# Slow BSP-Tree visibility checking

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Hi everyone!

I'm currently reworking my culling strategy and I came to a point where I just don't really know of what to do from here.

My current project is to improve the renderer of an older game (Open-World RPG) and it's working very nice so far, just not as fast as it could.

(Using D3D11, C++, if that matters)

This game basically has a static world-mesh and objects stored in a BSP-Tree, so I already have that. The BSP-Tree itself is created around the world-mesh and breaks the world down into little about 5 meter-AABBs of ingame space, which then contain a list of the objects resisting in that leaf.

Also bigger objects may are registered in multiple leafs as all of them are roughly the same size.

That leads me to following approach:

• Walk the BSP-Tree and check visibility to cut of branches
• If gotten to a leaf, iterate over the objects in all lists (Outdoor, Indoor, Small, etc)
• Check a flag if an object has been drawn before (Big-Object issue) and register it in the renderer
• After that, copy all instance-IDs to the GPU, where I remap that ID to a static World-Matrix-List in a structured buffer.

If I initialize everything only once, putting every object into the renderlist, then I can draw my whole world at about 200fps, which is nice. If I enable the culling I am down to ~100fps while not even drawing 1/4 of them.

Using profiling, I have found out that most of the time is spent in the function that iterates through the objectlists of a BSP-Leaf.

It basically only does this, like 5 times for the different lists:

if(nodeDistance < vobOutdoorDist)
{
for(auto it = node->Vobs.begin(); it != node->Vobs.end(); it++)
{
GVobObject* vob = (*it);

{
// Just draw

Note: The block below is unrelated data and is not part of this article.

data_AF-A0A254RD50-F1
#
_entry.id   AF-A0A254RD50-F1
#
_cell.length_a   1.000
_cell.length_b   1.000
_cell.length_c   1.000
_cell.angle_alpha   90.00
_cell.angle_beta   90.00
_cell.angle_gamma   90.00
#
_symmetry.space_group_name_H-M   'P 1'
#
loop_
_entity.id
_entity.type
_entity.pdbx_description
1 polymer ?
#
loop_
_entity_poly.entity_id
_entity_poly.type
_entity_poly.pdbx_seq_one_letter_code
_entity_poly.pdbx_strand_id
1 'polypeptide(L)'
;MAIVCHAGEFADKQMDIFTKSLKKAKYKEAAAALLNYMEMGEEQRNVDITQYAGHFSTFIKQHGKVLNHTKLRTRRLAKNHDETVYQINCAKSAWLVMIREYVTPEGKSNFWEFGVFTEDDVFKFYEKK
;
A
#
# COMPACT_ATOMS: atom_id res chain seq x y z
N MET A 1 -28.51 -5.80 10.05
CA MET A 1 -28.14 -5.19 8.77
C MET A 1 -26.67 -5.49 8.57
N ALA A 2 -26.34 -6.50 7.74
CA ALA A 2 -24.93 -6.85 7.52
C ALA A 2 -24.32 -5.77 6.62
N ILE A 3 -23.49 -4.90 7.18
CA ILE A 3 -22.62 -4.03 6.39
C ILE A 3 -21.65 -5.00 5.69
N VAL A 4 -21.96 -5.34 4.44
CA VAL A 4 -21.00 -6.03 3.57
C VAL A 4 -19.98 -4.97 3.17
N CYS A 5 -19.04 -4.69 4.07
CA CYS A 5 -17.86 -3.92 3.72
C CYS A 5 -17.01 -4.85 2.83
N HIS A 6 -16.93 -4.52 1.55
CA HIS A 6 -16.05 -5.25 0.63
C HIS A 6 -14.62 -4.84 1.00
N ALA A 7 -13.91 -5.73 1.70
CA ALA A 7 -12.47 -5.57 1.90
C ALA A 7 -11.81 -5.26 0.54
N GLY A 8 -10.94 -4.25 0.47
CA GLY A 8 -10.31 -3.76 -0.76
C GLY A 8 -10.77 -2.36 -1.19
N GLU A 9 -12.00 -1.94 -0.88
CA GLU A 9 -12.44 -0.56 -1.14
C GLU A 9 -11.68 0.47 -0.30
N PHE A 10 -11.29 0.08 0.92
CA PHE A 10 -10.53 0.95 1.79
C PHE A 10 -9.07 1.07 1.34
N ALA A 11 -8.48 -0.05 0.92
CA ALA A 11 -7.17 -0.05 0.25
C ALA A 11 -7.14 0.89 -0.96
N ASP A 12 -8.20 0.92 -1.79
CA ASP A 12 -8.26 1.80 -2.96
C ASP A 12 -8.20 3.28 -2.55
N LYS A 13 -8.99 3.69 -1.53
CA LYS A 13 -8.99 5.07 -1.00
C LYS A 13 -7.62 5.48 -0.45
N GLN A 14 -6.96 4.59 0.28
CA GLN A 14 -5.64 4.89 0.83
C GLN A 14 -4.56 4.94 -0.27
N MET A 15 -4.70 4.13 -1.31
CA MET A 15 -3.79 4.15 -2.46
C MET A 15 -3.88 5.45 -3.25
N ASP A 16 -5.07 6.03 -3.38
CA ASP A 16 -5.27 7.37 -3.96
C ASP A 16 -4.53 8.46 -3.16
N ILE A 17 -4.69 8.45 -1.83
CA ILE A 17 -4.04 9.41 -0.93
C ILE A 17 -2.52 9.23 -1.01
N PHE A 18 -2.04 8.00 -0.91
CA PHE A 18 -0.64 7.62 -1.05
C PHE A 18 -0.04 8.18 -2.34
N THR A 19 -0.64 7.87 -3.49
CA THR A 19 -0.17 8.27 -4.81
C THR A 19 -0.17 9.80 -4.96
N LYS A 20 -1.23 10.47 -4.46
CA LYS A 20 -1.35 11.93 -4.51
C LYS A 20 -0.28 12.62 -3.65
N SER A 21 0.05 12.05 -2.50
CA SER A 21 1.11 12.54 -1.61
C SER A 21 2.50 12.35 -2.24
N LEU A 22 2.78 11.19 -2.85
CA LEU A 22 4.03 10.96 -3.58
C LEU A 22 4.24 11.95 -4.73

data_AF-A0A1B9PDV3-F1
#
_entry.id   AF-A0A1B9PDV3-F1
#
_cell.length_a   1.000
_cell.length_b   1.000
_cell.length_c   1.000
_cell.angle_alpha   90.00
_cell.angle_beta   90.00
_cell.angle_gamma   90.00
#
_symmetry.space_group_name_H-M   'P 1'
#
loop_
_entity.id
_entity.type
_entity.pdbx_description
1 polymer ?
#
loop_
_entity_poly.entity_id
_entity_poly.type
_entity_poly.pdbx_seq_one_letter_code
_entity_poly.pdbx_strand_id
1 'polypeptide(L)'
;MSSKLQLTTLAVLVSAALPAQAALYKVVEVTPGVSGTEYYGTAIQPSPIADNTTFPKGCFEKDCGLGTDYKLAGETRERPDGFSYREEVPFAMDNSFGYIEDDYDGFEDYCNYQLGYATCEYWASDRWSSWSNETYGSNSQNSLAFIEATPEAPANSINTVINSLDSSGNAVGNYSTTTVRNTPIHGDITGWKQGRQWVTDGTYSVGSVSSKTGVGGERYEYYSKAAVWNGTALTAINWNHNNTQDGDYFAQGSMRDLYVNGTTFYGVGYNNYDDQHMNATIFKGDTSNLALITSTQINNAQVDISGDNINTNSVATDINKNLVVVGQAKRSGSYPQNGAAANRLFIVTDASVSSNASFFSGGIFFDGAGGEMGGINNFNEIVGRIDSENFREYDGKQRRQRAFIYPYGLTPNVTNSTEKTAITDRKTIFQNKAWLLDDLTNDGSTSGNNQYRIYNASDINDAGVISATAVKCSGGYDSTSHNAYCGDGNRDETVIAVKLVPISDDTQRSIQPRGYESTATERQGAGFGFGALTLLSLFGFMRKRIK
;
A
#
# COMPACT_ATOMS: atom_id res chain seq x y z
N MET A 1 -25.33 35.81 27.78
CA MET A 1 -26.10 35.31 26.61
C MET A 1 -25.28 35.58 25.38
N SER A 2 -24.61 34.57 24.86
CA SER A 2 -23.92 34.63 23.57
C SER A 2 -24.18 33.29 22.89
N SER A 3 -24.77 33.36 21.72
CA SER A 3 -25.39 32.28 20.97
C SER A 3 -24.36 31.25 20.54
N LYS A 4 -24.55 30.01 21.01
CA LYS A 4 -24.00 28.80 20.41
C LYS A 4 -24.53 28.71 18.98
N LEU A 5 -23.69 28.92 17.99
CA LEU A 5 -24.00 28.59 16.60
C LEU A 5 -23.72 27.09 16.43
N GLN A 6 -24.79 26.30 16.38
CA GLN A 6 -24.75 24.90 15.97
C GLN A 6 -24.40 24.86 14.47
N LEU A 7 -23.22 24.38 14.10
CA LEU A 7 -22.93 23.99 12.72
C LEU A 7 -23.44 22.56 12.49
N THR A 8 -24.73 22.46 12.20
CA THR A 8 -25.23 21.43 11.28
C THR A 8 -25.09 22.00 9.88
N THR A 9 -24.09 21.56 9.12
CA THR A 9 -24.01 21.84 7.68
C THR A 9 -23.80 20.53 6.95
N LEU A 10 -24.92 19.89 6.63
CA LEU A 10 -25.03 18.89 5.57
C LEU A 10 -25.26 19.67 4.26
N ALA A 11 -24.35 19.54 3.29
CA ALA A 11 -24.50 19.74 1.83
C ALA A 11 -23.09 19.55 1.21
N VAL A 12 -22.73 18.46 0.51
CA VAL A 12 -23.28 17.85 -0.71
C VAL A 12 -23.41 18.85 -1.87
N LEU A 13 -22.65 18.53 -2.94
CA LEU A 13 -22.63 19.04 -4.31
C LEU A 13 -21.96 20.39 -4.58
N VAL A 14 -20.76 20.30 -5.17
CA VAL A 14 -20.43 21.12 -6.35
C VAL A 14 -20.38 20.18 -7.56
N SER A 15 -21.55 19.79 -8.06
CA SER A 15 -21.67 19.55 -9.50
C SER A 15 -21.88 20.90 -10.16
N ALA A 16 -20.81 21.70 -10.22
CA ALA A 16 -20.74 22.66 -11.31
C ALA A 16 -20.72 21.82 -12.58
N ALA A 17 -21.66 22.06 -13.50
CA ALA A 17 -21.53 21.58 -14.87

vob->DrawVob();
vob->SetCollectedFromTreeSearch();
BspDrawnVobs.push_back(vob);
}
}
}


Internally the "DrawVob"-Method only pushes an indexvalue to an std::vector after the first time it has been called. It is still slow when I remove the code inside it completely.

It would be great if someone could tell me how this kind of scene is usually handled efficiently. By the way, it is still slower, even if I completely remove every code in the "DrawVob"-Method, so it's nothing in there causing the slowdown.

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Do you keep BspDrawnVobs vector alive between checks, or create it every time you enter leaf node?

Is it vector, and not list?

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I made sure this stays allocated. It's a std::vector<GVobObject*>. I think the slow part is actually to call the virtual methods of the objects so they can register their instances, since there are so many of them!

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could you please run a profiler and show us the output?
that's more likely leading to an improvement than your guesses and our guesses based on your guesses;)

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How many objects in total?

Some micro-optimizations:

Is the distance-test squared or do you do the sqrt? (should be irrelevant but one of those things..)

Is that test done once and applied to all 5 lists, or do you use a separate distance?

Can the lists be combined to one?

Remove the iterator-loop and change to something like first obtaining vobs.data() and iterating with an index. (Probably shouldn't but often does make a difference).

Try changing alreadyCollectedFromTree to something like integerSet.contains(vob ID).. you could start with std::set<int>, though I think that does allocations so you might want to find another one or use an allocator.. unless you already do it like that. Also remove the function-call and make that ID public constant or something.

Does DrawVob have to be virtual, or could it be optimized to like a list of indices or IDs that could be pre-computed on create and/or update-methods unrelated to drawing?

Do 'collectedFromTree' and 'bspDrawnVobs' have to be two lists, or do they share the same information so they could just be the same integer-set?

Maybe show the whole method and not just the part inside the distance-check too..

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